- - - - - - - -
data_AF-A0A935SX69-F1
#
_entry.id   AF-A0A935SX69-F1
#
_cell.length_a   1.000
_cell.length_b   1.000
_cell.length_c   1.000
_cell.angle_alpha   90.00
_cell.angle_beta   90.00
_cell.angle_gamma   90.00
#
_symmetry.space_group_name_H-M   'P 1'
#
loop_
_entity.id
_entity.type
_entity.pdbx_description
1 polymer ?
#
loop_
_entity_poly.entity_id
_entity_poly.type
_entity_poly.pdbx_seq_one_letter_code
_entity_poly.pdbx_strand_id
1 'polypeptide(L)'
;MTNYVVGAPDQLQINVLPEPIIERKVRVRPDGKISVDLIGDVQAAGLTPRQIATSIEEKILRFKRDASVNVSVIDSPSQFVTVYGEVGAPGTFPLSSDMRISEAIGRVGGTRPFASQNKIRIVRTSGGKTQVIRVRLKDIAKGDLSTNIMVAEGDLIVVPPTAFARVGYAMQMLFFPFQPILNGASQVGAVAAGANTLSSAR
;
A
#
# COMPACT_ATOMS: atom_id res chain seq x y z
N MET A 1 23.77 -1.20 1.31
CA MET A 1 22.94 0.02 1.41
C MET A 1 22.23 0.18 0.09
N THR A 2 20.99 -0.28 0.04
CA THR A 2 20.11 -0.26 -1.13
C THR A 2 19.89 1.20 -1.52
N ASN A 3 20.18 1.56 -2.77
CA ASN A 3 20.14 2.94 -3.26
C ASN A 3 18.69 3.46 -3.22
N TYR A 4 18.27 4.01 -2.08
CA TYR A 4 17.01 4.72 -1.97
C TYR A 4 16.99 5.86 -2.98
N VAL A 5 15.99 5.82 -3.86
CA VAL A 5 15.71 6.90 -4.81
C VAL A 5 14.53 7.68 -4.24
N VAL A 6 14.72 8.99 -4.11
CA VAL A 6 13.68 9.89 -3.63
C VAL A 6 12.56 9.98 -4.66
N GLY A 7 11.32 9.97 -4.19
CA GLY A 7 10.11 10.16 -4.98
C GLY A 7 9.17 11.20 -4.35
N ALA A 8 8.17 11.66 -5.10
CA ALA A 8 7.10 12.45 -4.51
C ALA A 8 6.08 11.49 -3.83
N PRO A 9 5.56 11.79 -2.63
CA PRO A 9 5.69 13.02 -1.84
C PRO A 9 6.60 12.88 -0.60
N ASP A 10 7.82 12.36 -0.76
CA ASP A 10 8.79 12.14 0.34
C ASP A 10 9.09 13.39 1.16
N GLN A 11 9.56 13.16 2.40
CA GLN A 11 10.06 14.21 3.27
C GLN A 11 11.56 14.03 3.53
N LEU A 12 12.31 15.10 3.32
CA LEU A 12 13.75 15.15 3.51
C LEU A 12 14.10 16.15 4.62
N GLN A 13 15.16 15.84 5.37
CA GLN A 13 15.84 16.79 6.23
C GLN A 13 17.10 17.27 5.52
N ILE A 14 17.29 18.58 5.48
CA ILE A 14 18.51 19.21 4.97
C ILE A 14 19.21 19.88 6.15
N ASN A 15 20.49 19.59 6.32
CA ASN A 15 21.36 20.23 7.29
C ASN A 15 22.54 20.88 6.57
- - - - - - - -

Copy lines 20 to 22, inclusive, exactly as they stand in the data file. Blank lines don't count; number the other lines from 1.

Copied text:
loop_
_entity_poly.entity_id
_entity_poly.type